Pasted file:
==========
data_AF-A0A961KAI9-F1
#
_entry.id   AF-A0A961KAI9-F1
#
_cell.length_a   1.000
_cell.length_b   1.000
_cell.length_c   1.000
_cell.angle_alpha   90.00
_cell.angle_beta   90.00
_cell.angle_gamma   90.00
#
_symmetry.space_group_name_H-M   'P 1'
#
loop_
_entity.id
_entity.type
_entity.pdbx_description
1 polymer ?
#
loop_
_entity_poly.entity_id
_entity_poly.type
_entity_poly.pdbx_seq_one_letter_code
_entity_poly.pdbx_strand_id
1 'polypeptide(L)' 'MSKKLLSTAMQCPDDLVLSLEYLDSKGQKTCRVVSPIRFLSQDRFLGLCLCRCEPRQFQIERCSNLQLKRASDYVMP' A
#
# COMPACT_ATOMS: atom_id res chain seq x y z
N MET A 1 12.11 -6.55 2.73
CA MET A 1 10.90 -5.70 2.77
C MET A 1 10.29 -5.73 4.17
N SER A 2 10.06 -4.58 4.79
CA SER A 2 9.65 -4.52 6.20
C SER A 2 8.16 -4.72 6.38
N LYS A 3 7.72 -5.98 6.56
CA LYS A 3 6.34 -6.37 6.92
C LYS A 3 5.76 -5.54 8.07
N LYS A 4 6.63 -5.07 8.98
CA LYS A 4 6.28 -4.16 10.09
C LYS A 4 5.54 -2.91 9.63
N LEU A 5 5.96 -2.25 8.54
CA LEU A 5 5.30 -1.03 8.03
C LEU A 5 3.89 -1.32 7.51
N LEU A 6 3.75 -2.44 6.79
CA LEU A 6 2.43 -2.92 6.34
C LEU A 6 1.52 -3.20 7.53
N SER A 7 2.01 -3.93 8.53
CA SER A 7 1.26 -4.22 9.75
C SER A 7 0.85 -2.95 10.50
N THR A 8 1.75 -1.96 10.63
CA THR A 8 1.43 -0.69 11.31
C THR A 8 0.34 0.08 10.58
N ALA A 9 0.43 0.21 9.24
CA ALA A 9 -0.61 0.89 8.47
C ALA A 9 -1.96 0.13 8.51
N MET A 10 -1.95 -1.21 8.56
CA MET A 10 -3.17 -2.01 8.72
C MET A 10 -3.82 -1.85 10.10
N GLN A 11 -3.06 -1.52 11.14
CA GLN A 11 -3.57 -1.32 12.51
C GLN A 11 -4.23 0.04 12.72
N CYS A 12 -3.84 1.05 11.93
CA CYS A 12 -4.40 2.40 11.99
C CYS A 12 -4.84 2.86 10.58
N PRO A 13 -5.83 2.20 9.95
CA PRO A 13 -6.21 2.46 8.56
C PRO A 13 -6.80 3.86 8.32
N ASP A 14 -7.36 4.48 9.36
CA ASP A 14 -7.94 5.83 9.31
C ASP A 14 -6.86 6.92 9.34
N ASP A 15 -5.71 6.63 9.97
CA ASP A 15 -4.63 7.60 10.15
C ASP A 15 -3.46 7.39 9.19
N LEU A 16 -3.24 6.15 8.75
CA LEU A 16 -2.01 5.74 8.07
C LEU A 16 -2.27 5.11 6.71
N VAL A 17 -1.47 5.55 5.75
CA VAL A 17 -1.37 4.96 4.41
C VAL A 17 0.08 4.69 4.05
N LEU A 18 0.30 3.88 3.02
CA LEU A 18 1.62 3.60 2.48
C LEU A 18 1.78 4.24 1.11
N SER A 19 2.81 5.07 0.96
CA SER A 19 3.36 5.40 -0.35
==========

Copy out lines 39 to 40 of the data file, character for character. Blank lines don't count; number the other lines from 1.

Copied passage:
C LYS A 4 5.54 -2.91 9.63
N LEU A 5 5.96 -2.25 8.54